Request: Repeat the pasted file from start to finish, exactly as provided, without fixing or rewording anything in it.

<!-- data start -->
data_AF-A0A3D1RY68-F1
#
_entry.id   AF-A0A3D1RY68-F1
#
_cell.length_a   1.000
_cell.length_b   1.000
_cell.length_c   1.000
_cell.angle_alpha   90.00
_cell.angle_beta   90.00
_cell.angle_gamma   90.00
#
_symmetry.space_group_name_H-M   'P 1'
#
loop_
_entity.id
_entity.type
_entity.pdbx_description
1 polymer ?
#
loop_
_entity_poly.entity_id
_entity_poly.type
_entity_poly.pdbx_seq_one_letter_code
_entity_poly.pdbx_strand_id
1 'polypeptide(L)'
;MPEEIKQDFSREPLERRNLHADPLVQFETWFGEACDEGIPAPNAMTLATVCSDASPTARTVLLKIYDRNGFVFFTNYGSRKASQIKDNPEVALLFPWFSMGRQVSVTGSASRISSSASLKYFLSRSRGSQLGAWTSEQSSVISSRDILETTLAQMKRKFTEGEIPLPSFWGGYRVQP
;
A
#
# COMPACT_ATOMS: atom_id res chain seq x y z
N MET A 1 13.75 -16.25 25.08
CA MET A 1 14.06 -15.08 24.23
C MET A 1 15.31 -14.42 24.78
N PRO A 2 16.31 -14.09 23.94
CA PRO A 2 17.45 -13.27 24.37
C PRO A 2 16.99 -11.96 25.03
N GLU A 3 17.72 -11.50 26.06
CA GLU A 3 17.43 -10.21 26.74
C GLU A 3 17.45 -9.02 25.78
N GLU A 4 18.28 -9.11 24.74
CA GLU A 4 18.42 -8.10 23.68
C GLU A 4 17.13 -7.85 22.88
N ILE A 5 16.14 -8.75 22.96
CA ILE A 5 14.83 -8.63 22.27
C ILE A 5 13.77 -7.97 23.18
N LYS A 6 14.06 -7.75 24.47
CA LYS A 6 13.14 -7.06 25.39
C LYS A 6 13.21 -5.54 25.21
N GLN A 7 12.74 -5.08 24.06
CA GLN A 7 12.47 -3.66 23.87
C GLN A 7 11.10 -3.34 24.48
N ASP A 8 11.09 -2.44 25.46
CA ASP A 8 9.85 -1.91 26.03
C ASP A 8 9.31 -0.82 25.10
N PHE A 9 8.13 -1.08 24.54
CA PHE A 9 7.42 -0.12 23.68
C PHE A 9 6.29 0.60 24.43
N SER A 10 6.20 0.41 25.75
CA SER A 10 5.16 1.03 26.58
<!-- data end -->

data_AF-A0A3D1RY68-F1
#
_entry.id   AF-A0A3D1RY68-F1
#
_cell.length_a   1.000
_cell.length_b   1.000
_cell.length_c   1.000
_cell.angle_alpha   90.00
_cell.angle_beta   90.00
_cell.angle_gamma   90.00
#
_symmetry.space_group_name_H-M   'P 1'
#
loop_
_entity.id
_entity.type
_entity.pdbx_description
1 polymer ?
#
loop_
_entity_poly.entity_id
_entity_poly.type
_entity_poly.pdbx_seq_one_letter_code
_entity_poly.pdbx_strand_id
1 'polypeptide(L)'
;MPEEIKQDFSREPLERRNLHADPLVQFETWFGEACDEGIPAPNAMTLATVCSDASPTARTVLLKIYDRNGFVFFTNYGSRKASQIKDNPEVALLFPWFSMGRQVSVTGSASRISSSASLKYFLSRSRGSQLGAWTSEQSSVISSRDILETTLAQMKRKFTEGEIPLPSFWGGYRVQP
;
A
#
# COMPACT_ATOMS: atom_id res chain seq x y z
N MET A 1 13.75 -16.25 25.08
CA MET A 1 14.06 -15.08 24.23
C MET A 1 15.31 -14.42 24.78
N PRO A 2 16.31 -14.09 23.94
CA PRO A 2 17.45 -13.27 24.37
C PRO A 2 16.99 -11.96 25.03
N GLU A 3 17.72 -11.50 26.06
CA GLU A 3 17.43 -10.21 26.74
C GLU A 3 17.45 -9.02 25.78
N GLU A 4 18.28 -9.11 24.74
CA GLU A 4 18.42 -8.10 23.68
C GLU A 4 17.13 -7.85 22.88
N ILE A 5 16.14 -8.75 22.96
CA ILE A 5 14.83 -8.63 22.27
C ILE A 5 13.77 -7.97 23.18
N LYS A 6 14.06 -7.75 24.47
CA LYS A 6 13.14 -7.06 25.39
C LYS A 6 13.21 -5.54 25.21
N GLN A 7 12.74 -5.08 24.06
CA GLN A 7 12.47 -3.66 23.87
C GLN A 7 11.10 -3.34 24.48
N ASP A 8 11.09 -2.44 25.46
CA ASP A 8 9.85 -1.91 26.03
C ASP A 8 9.31 -0.82 25.10
N PHE A 9 8.13 -1.08 24.54
CA PHE A 9 7.42 -0.12 23.68
C PHE A 9 6.29 0.60 24.43
N SER A 10 6.20 0.41 25.75
CA SER A 10 5.16 1.03 26.58